Woody Harrelson on his new role in a coming-of-age drama: "I was nominated in high school for class clown. It was disappointing I didn’t get it."

Woody Harrelson plays out of position as a high school teacher with a heart of gold in "The Edge of Seventeen"

Published November 17, 2016 11:59PM (EST)

Woody Harrelson in "The Edge of Seventeen"   (STX Entertainment/Murray Close)
Woody Harrelson in "The Edge of Seventeen" (STX Entertainment/Murray Close)

Woody Harrelson, comic goofball, advocate for the legalization of marijuana and two-time Oscar nominee, takes a supporting role as a teacher in the terrific new teen comedy-drama “The Edge of Seventeen.”

His character, Mr. Bruner, provides sarcasm and solace to Nadine (Hailee Steinfeld), a nearly always inconsolable student whose already fragile life starts to unravel further when her best friend Krista (Haley Lu Richardson) starts dating her brother Darien (Blake Jenner), and she tries to capture the attention of her crush (Alexander Calvert) by sexting him.

Harrelson’s subtle, downplaying shows how much his character cares even when the melodramatic Nadine strains his patience.

It’s a nice change of pace for the actor who has gone all out in films like “Natural Born Killers.”

Harrelson chatted with Salon about his teenage years, inspirational books and teachers, as well as why he is drawn to comedy.

What were you like as a teenager?

I was a pretty tame teen. I wasn’t rowdy. That came later in life. I liked sports and had a few good friends I would hang out with. I didn’t do much dating until I got into college and then [it was] pretty minimal.

Did you have a particular crisis as an adolescent that made you feel especially vulnerable? 

I fell in love when I was 17 with this girl Maria, but she broke my heart. Her parents took an immediate dislike to me. I couldn’t change their mind. They forced us to split up.

What observations do you have about coming-of-age now that you are older and have been through it? What do you wish you had known? 

I don’t imagine that coming-of-age was hard for me, but the feeling kids have is that the bottom is about to drop out and you have nothing to hold onto. The best thing you can do is tell yourself that everything is going to be OK.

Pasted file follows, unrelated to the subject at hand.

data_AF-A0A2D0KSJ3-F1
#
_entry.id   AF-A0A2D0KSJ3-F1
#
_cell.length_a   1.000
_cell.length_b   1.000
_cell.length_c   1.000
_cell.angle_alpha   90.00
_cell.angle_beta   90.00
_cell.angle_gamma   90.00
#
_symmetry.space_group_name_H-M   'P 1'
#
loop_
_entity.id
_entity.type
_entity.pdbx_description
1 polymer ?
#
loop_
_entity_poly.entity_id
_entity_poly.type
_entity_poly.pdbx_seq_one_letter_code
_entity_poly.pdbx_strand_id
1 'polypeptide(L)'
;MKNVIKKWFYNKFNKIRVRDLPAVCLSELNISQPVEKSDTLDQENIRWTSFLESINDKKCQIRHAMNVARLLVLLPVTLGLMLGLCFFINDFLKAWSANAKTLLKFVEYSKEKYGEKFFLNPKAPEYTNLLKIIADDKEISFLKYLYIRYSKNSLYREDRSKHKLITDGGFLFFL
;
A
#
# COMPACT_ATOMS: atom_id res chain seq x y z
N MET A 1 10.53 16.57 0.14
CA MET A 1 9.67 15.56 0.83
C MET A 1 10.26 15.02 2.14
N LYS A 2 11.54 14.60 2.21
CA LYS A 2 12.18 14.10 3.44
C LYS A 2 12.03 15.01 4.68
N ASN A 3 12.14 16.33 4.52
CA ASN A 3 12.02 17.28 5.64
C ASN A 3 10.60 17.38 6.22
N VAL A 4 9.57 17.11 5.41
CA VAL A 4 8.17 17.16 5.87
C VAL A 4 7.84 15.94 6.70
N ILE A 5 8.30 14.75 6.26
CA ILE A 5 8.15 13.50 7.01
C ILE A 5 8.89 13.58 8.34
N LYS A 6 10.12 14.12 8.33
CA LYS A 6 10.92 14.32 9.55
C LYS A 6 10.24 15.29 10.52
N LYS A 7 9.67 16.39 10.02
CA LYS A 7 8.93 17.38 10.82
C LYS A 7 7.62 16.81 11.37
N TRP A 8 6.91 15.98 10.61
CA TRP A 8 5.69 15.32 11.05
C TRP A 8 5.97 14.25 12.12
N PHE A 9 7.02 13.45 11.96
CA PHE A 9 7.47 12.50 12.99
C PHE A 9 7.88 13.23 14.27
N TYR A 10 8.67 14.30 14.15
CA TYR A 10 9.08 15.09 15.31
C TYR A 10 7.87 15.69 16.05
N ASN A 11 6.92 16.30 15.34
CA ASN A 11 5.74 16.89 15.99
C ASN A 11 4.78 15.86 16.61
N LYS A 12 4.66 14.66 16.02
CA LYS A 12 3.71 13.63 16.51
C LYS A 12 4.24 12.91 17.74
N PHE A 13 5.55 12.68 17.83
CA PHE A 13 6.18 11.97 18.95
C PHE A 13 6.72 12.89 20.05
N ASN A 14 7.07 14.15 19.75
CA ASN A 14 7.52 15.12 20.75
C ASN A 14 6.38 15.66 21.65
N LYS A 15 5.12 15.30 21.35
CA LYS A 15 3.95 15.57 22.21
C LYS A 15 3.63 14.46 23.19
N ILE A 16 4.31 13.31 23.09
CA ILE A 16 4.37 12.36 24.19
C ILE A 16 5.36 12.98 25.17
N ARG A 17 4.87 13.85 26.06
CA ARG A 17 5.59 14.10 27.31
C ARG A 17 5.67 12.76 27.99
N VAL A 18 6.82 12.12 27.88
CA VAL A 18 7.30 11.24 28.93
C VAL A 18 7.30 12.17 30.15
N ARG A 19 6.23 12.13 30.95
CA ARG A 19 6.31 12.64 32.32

You have three children. What advice do you give them about growing up? And do they even listen?

[Laughs.] I guess I give them advice on little things here and there, but I mostly feel I learned a lot from them like how to be a great human being. They are phenomenal people. They care about the world and their friends.

Was there a particularly inspirational teacher that you relied upon for advice when you were in school?

Well, I had a teacher named Mrs. Drake who was an English teacher in high school who was really amazing. The most important thing is that [teachers] care and are not just going through the motions. That helps.

Did you have a good relationship with your parents, or were you more like Nadine, who has conflicts with her mom?

Yeah. I was a momma’s boy. I gotta admit it. [Laughs.] She’s a great mom. She still is. She really sacrificed a lot to provide for us. She never had a high-paying job, so she was short of money, but she did everything she could for us. She wanted to get us through the journey to get us to adulthood. I admire her for her sacrifices.

Mr. Bruner tends to deflect Nadine with sarcasm and humor. What can you say about being such a wise ass?

[Laughs]. I don’t know that I’m the best guy to comment on that. . . . Humor as a deflecting device is the way to go. I love making people laugh. So in that sense I am psyched that this film does make people laugh, and at the same time you’re crying because it gets emotional. It’s not superficial. It goes deep, like John Hughes crossed with James L. Brooks, who produced it. In the end, you are exuberant.

Mr. Bruner teaches because he sees importance in his work. What motivates you to do the work you do? 

I love it. I really do. It’s like that thing Karl Wallenda said, “Life is on the wire. The rest is just waiting.” I feel most alive when I’m acting and performing.

Why did you go into acting?

I was nominated in high school for class clown. It was disappointing. I didn’t get it. I do like to make people laugh. I just remembered this: I went to a new school in Ohio after being in Houston. At first I never said a word. I was nervous. I was bullied a bit.

Then around sophomore year, I started to open up, and I used to hear the teacher say something and I would think of a funny line [in response] and I never would say anything. And I’d kick myself after. Why not just say it? Finally I did, and there was a dead quiet and then a big laugh. And that changed my life right there. If they had stayed quiet, I’d have been a CPA.

You've been quite vocal about hemp and legalizing pot. What do you think about teen drinking and drug use, some of which is seen in “Edge of Seventeen?”

I never drank any alcohol until I was 20, and I didn’t take my first puff until I was 21. I don’t believe in it for kids. I have a straight edge approach philosophically. But on the other hand, to be realistic, these things do happen. Hopefully it doesn’t interfere. If you become addicted, it’s a problem.

Nadine is surprised by something in Mr. Bruner's life. What might be something people would be surprised to know about you?

I love chess. I love reading.

What do you like to read?

I am all over the map. I generally am into fiction, but lately I’ve been reading more historical novels. I’m really interested in World War II and everything that happened. Right now I’m reading “Source Field Investigations,” by David Wilcock, which is wild. You should check it out. It has had a big impact on me and how I see the world.  

By Gary M. Kramer

Gary M. Kramer is a writer and film critic based in Philadelphia. Follow him on Twitter.

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